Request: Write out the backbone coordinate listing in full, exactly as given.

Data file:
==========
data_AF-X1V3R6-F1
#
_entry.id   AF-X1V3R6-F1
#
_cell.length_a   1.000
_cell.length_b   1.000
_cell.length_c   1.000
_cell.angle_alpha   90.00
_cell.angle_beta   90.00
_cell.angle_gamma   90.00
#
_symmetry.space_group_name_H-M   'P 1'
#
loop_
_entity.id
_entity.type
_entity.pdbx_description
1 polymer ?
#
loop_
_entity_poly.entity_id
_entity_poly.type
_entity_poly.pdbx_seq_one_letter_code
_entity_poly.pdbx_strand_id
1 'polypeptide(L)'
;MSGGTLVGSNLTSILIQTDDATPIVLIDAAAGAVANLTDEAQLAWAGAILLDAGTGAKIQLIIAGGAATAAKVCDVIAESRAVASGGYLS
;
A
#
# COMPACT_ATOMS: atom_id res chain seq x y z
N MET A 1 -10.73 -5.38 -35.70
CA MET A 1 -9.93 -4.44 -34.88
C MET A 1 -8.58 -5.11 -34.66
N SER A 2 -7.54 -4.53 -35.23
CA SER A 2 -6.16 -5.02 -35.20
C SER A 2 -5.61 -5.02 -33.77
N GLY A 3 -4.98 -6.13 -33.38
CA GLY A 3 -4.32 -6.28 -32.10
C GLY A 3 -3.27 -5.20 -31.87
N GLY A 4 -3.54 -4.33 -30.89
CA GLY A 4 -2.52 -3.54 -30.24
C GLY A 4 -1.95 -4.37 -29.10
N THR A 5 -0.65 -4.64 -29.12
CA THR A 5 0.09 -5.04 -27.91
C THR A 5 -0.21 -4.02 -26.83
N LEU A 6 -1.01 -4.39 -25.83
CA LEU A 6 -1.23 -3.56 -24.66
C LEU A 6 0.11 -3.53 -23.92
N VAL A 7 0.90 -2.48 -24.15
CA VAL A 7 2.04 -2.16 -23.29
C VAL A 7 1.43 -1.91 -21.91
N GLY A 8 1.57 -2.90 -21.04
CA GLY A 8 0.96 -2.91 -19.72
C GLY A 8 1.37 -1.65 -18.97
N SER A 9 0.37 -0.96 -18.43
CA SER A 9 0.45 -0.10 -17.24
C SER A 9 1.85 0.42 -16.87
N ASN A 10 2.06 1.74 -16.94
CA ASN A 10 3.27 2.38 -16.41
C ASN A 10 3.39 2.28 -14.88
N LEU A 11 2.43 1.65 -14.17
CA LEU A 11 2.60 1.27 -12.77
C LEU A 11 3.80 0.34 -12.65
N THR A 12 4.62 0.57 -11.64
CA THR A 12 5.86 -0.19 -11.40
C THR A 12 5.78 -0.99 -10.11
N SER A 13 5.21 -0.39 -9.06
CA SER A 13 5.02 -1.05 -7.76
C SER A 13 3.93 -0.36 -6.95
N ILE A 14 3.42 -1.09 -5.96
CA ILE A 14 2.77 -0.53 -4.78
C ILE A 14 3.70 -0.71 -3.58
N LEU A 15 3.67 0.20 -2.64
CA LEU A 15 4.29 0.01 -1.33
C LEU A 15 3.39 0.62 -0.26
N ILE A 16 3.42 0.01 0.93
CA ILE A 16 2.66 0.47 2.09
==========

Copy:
data_AF-X1V3R6-F1
#
_entry.id   AF-X1V3R6-F1
#
_cell.length_a   1.000
_cell.length_b   1.000
_cell.length_c   1.000
_cell.angle_alpha   90.00
_cell.angle_beta   90.00
_cell.angle_gamma   90.00
#
_symmetry.space_group_name_H-M   'P 1'
#
loop_
_entity.id
_entity.type
_entity.pdbx_description
1 polymer ?
#
loop_
_entity_poly.entity_id
_entity_poly.type
_entity_poly.pdbx_seq_one_letter_code
_entity_poly.pdbx_strand_id
1 'polypeptide(L)'
;MSGGTLVGSNLTSILIQTDDATPIVLIDAAAGAVANLTDEAQLAWAGAILLDAGTGAKIQLIIAGGAATAAKVCDVIAESRAVASGGYLS
;
A
#
# COMPACT_ATOMS: atom_id res chain seq x y z
N MET A 1 -10.73 -5.38 -35.70
CA MET A 1 -9.93 -4.44 -34.88
C MET A 1 -8.58 -5.11 -34.66
N SER A 2 -7.54 -4.53 -35.23
CA SER A 2 -6.16 -5.02 -35.20
C SER A 2 -5.61 -5.02 -33.77
N GLY A 3 -4.98 -6.13 -33.38
CA GLY A 3 -4.32 -6.28 -32.10
C GLY A 3 -3.27 -5.20 -31.87
N GLY A 4 -3.54 -4.33 -30.89
CA GLY A 4 -2.52 -3.54 -30.24
C GLY A 4 -1.95 -4.37 -29.10
N THR A 5 -0.65 -4.64 -29.12
CA THR A 5 0.09 -5.04 -27.91
C THR A 5 -0.21 -4.02 -26.83
N LEU A 6 -1.01 -4.39 -25.83
CA LEU A 6 -1.23 -3.56 -24.66
C LEU A 6 0.11 -3.53 -23.92
N VAL A 7 0.90 -2.48 -24.15
CA VAL A 7 2.04 -2.16 -23.29
C VAL A 7 1.43 -1.91 -21.91
N GLY A 8 1.57 -2.90 -21.04
CA GLY A 8 0.96 -2.91 -19.72
C GLY A 8 1.37 -1.65 -18.97
N SER A 9 0.37 -0.96 -18.43
CA SER A 9 0.45 -0.10 -17.24
C SER A 9 1.85 0.42 -16.87
N ASN A 10 2.06 1.74 -16.94
CA ASN A 10 3.27 2.38 -16.41
C ASN A 10 3.39 2.28 -14.88
N LEU A 11 2.43 1.65 -14.17
CA LEU A 11 2.60 1.27 -12.77
C LEU A 11 3.80 0.34 -12.65
N THR A 12 4.62 0.57 -11.64
CA THR A 12 5.86 -0.19 -11.40
C THR A 12 5.78 -0.99 -10.11
N SER A 13 5.21 -0.39 -9.06
CA SER A 13 5.02 -1.05 -7.76
C SER A 13 3.93 -0.36 -6.95
N ILE A 14 3.42 -1.09 -5.96
CA ILE A 14 2.77 -0.53 -4.78
C ILE A 14 3.70 -0.71 -3.58
N LEU A 15 3.67 0.20 -2.64
CA LEU A 15 4.29 0.01 -1.33
C LEU A 15 3.39 0.62 -0.26
N ILE A 16 3.42 0.01 0.93
CA ILE A 16 2.66 0.47 2.09